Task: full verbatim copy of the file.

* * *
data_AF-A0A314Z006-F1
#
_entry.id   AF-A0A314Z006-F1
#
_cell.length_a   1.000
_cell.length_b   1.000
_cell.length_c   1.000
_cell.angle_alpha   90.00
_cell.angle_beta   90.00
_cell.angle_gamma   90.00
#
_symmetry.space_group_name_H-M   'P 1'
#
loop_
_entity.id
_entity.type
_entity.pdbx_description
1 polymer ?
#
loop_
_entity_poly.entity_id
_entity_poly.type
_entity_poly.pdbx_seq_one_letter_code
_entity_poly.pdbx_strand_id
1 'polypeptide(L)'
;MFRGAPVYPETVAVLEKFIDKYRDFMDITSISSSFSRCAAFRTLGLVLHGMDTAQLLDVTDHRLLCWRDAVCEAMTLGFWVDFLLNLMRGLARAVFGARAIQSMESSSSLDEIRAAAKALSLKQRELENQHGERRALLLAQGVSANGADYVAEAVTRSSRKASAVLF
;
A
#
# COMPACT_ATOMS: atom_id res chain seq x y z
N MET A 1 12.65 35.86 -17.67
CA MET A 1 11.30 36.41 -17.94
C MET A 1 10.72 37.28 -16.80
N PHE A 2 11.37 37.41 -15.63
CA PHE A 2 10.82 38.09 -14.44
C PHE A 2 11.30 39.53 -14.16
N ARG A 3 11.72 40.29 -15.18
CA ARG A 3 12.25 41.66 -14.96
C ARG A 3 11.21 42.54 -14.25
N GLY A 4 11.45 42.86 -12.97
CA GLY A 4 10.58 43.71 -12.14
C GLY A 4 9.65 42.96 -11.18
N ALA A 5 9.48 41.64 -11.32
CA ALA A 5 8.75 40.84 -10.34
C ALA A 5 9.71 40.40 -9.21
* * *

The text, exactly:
data_AF-A0A314Z006-F1
#
_entry.id   AF-A0A314Z006-F1
#
_cell.length_a   1.000
_cell.length_b   1.000
_cell.length_c   1.000
_cell.angle_alpha   90.00
_cell.angle_beta   90.00
_cell.angle_gamma   90.00
#
_symmetry.space_group_name_H-M   'P 1'
#
loop_
_entity.id
_entity.type
_entity.pdbx_description
1 polymer ?
#
loop_
_entity_poly.entity_id
_entity_poly.type
_entity_poly.pdbx_seq_one_letter_code
_entity_poly.pdbx_strand_id
1 'polypeptide(L)'
;MFRGAPVYPETVAVLEKFIDKYRDFMDITSISSSFSRCAAFRTLGLVLHGMDTAQLLDVTDHRLLCWRDAVCEAMTLGFWVDFLLNLMRGLARAVFGARAIQSMESSSSLDEIRAAAKALSLKQRELENQHGERRALLLAQGVSANGADYVAEAVTRSSRKASAVLF
;
A
#
# COMPACT_ATOMS: atom_id res chain seq x y z
N MET A 1 12.65 35.86 -17.67
CA MET A 1 11.30 36.41 -17.94
C MET A 1 10.72 37.28 -16.80
N PHE A 2 11.37 37.41 -15.63
CA PHE A 2 10.82 38.09 -14.44
C PHE A 2 11.30 39.53 -14.16
N ARG A 3 11.72 40.29 -15.18
CA ARG A 3 12.25 41.66 -14.96
C ARG A 3 11.21 42.54 -14.25
N GLY A 4 11.45 42.86 -12.97
CA GLY A 4 10.58 43.71 -12.14
C GLY A 4 9.65 42.96 -11.18
N ALA A 5 9.48 41.64 -11.32
CA ALA A 5 8.75 40.84 -10.34
C ALA A 5 9.71 40.40 -9.21